LONDON, ONT. -- A recent decision to exempt some residential streets from the installation of new sidewalks may be coming back to haunt London city council.

Less than a year later, homeowners in several neighbourhoods are now pushing back against plans to install sidewalks across their front lawns and driveways.

“I’ve received a lot of emails,” admitted Councillor Phil Squire, who represents the Orchard Park neighbourhood where several streets will undergo reconstruction projects this year.

A report to the Civic Works Committee (CWC) lists eight road projects in 2021 that will include the addition of sidewalks for the first time.

The installation of sidewalks is a policy imbedded in The London Plan to improve safety for pedestrians and provide accessibility for Londoners with disabilities.

“I don’t know if there are options,” explains homeowner Lilianne Dang who learned sidewalks were coming only days before Tuesday’s CWC meeting. “It was news to us that this was a project moving forward this year, and what the extent of the impact would be on our street.”

Construction to rebuild Friars Way will require the city to cut down 30 of the 96 boulevard trees.

After shocked residents inundated the committee with letters, councillors slammed the timing and quality of consultation with the public.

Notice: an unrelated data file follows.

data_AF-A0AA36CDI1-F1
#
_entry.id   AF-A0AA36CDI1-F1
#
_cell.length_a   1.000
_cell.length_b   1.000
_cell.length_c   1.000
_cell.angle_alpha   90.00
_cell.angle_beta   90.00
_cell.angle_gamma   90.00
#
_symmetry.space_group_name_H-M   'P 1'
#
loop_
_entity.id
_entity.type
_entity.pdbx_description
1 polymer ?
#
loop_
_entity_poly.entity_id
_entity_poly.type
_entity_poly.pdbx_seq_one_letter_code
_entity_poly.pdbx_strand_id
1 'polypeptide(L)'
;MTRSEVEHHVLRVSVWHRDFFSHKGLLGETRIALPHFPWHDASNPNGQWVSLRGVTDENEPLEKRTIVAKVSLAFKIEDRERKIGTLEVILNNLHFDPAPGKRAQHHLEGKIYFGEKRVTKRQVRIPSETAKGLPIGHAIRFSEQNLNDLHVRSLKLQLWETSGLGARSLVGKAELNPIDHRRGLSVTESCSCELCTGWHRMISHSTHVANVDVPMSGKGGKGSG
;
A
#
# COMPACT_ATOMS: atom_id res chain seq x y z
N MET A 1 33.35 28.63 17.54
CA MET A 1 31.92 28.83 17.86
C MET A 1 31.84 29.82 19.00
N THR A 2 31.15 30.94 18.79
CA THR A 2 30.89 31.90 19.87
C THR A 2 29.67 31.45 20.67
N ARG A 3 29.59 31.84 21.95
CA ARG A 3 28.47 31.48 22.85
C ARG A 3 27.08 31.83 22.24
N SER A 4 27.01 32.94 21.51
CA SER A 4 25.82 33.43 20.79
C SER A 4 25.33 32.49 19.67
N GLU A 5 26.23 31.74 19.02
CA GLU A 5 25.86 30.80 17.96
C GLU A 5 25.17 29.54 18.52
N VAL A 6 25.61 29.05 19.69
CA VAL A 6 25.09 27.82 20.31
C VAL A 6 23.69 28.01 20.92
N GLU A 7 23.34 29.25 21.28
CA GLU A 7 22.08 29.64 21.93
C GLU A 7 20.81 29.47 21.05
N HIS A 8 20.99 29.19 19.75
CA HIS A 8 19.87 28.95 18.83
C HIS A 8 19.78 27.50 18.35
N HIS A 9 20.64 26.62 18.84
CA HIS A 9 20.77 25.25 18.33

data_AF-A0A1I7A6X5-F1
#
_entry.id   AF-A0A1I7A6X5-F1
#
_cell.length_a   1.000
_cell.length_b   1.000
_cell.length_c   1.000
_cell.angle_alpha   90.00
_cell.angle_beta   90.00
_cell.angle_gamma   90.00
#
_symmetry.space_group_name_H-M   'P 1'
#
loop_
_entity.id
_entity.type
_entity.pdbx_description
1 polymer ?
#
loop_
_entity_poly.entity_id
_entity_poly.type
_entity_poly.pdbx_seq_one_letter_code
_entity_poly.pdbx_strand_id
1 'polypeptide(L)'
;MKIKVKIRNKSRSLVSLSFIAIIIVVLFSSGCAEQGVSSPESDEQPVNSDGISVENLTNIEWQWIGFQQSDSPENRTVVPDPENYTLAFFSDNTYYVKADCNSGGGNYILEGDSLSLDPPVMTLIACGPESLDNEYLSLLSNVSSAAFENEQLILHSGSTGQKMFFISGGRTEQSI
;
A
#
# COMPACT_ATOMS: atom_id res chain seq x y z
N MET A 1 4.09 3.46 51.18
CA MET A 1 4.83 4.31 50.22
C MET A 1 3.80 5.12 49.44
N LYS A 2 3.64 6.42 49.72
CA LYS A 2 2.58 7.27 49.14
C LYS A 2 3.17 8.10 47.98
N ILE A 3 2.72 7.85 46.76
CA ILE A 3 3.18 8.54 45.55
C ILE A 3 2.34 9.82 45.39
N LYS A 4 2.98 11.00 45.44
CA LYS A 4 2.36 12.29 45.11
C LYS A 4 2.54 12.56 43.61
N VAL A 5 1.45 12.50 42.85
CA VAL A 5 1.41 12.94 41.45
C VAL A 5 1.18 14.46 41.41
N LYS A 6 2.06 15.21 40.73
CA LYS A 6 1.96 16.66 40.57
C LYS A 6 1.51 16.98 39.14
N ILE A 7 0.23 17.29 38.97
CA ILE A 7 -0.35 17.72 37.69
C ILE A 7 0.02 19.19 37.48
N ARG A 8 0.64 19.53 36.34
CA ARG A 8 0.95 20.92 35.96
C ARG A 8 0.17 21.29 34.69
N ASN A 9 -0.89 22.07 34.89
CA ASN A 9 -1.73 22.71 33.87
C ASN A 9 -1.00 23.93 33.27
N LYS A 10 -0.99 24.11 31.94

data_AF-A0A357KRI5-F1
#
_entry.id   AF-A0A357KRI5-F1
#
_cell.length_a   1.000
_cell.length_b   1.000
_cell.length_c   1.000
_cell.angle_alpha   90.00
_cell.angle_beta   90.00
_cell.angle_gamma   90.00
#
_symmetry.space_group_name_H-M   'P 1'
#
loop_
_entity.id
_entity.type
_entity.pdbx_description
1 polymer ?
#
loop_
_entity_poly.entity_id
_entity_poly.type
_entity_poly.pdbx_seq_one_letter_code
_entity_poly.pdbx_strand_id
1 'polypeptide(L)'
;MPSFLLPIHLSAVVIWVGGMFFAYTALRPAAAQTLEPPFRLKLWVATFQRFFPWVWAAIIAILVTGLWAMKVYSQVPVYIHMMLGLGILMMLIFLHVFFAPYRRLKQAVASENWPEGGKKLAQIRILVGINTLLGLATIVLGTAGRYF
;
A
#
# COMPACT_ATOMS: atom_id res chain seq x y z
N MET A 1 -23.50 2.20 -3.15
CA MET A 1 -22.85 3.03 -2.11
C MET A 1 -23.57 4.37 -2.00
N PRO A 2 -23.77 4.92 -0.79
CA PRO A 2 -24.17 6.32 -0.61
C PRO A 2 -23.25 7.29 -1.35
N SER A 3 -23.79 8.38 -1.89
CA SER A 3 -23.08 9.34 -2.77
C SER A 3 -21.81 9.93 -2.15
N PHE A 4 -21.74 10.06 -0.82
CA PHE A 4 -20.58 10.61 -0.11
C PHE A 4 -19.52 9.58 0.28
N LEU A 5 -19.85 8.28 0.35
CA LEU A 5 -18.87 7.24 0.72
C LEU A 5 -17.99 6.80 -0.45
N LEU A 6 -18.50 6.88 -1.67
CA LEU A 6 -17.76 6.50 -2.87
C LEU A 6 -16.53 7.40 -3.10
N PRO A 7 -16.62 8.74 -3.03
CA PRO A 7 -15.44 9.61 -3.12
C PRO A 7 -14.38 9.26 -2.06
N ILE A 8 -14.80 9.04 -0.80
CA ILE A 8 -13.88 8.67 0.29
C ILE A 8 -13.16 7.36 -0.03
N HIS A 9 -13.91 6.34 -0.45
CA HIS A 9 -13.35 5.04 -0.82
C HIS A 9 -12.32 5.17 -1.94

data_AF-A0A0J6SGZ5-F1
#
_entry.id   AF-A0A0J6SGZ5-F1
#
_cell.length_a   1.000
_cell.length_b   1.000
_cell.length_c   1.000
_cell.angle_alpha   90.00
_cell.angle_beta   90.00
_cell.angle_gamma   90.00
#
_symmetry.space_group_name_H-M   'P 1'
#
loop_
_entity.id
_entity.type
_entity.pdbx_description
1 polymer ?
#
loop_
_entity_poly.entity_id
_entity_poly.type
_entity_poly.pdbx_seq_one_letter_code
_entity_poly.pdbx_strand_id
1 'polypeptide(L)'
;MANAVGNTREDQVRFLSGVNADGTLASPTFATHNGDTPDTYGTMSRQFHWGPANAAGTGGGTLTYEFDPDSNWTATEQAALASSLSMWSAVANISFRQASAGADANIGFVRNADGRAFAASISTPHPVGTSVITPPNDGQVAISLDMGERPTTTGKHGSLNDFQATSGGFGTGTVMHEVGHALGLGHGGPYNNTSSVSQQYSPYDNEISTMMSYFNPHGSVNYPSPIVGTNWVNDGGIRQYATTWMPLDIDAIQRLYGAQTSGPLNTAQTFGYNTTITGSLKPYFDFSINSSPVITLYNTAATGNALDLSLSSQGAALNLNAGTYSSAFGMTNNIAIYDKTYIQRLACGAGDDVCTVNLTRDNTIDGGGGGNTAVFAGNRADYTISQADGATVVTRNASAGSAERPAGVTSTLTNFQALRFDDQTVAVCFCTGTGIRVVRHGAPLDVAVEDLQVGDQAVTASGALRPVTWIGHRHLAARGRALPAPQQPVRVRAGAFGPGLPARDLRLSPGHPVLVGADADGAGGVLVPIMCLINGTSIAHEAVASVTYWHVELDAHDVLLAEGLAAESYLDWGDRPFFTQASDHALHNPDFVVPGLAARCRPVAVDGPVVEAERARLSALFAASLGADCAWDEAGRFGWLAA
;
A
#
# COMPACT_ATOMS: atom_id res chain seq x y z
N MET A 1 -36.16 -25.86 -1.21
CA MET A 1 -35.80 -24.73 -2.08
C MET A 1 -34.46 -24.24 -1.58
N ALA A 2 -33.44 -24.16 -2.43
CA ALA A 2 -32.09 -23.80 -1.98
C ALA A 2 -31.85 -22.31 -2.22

“The decisions are being made, and afterwards constituents are coming to us saying they didn’t know about it,” said Councillor Squire.

“We’re saying, you (homeowners) are getting a sidewalk whether you like it or not. That’s its not working,” added Councillor Paul Van Meerbergen.

“I do appreciate trying to find a way to make this a more thoughtful process so that people feel engaged,” said Councillor Maureen Cassidy. “So they don’t feel like their scrambling at the last minute and not being heard.”

The installation of a sidewalk is traditionally included as part of lifecycle renewal projects on residential streets to save money and improve mobility in the area.

But council may have opened the door to community pushback against sidewalks when it granted three streets special exemptions in 2020.

In March, Fox Mill Crescent, Camden Crescent, and Runnymede Crescent were excluded from the policy because many large boulevard trees would need to be removed to accommodate sidewalks.

On Tuesday, Councillor Jesse Helmer reminded his colleagues on the Civic Works Committee about the consequence of those past decisions.

“If we keep making exceptions to that, we are going to have lots and lots and lots of requests for exceptions,” he said.

The committee decided to hear from concerned residents, and those who advocate in favour of sidewalks, at its March 2 meeting.

“It’s not a done deal,” said Councillor Elizabeth Peloza. “We will receive more letters and the delegations.”

“I don’t think I’m anti-sidewalk,” said Lilianne Dang in front of her Friars Way home. “But (I’m considering) the balance of losing 30 trees out of 90 trees on our street.”

The deadline to register as a delegation with city hall is Feb. 17.

The list of roads receiving new sidewalks in 2021 can be found here.